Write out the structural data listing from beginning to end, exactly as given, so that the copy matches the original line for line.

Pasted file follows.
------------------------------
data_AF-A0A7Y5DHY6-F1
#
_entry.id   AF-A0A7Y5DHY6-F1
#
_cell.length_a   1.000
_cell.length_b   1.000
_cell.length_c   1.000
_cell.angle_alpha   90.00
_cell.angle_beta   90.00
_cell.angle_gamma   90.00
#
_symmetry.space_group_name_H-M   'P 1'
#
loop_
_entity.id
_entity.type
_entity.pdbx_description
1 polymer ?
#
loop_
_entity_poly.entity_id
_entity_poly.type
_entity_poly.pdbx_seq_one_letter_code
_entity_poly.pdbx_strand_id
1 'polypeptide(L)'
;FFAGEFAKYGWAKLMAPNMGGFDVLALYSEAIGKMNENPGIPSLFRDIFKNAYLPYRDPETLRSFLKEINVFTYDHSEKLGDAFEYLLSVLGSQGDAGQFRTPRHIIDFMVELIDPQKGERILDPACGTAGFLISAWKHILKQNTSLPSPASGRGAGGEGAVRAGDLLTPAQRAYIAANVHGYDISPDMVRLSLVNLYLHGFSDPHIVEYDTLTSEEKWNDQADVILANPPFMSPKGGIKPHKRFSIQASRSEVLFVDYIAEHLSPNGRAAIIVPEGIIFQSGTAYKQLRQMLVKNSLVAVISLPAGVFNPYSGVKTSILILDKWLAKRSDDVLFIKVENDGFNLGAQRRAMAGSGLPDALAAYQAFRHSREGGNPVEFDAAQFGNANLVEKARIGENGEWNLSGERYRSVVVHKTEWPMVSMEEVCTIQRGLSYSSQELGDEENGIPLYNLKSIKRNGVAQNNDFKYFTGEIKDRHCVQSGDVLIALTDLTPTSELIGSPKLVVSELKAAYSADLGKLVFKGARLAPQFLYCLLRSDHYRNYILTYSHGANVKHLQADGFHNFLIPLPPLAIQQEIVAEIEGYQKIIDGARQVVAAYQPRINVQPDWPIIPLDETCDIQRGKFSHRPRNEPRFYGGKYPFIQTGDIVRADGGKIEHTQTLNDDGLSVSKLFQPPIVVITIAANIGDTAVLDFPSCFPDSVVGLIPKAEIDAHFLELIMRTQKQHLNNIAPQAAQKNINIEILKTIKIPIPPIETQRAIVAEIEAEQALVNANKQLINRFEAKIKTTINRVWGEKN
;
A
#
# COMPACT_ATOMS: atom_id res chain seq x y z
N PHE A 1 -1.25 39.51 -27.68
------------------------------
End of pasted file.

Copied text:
data_AF-A0A7Y5DHY6-F1
#
_entry.id   AF-A0A7Y5DHY6-F1
#
_cell.length_a   1.000
_cell.length_b   1.000
_cell.length_c   1.000
_cell.angle_alpha   90.00
_cell.angle_beta   90.00
_cell.angle_gamma   90.00
#
_symmetry.space_group_name_H-M   'P 1'
#
loop_
_entity.id
_entity.type
_entity.pdbx_description
1 polymer ?
#
loop_
_entity_poly.entity_id
_entity_poly.type
_entity_poly.pdbx_seq_one_letter_code
_entity_poly.pdbx_strand_id
1 'polypeptide(L)'
;FFAGEFAKYGWAKLMAPNMGGFDVLALYSEAIGKMNENPGIPSLFRDIFKNAYLPYRDPETLRSFLKEINVFTYDHSEKLGDAFEYLLSVLGSQGDAGQFRTPRHIIDFMVELIDPQKGERILDPACGTAGFLISAWKHILKQNTSLPSPASGRGAGGEGAVRAGDLLTPAQRAYIAANVHGYDISPDMVRLSLVNLYLHGFSDPHIVEYDTLTSEEKWNDQADVILANPPFMSPKGGIKPHKRFSIQASRSEVLFVDYIAEHLSPNGRAAIIVPEGIIFQSGTAYKQLRQMLVKNSLVAVISLPAGVFNPYSGVKTSILILDKWLAKRSDDVLFIKVENDGFNLGAQRRAMAGSGLPDALAAYQAFRHSREGGNPVEFDAAQFGNANLVEKARIGENGEWNLSGERYRSVVVHKTEWPMVSMEEVCTIQRGLSYSSQELGDEENGIPLYNLKSIKRNGVAQNNDFKYFTGEIKDRHCVQSGDVLIALTDLTPTSELIGSPKLVVSELKAAYSADLGKLVFKGARLAPQFLYCLLRSDHYRNYILTYSHGANVKHLQADGFHNFLIPLPPLAIQQEIVAEIEGYQKIIDGARQVVAAYQPRINVQPDWPIIPLDETCDIQRGKFSHRPRNEPRFYGGKYPFIQTGDIVRADGGKIEHTQTLNDDGLSVSKLFQPPIVVITIAANIGDTAVLDFPSCFPDSVVGLIPKAEIDAHFLELIMRTQKQHLNNIAPQAAQKNINIEILKTIKIPIPPIETQRAIVAEIEAEQALVNANKQLINRFEAKIKTTINRVWGEKN
;
A
#
# COMPACT_ATOMS: atom_id res chain seq x y z
N PHE A 1 -1.25 39.51 -27.68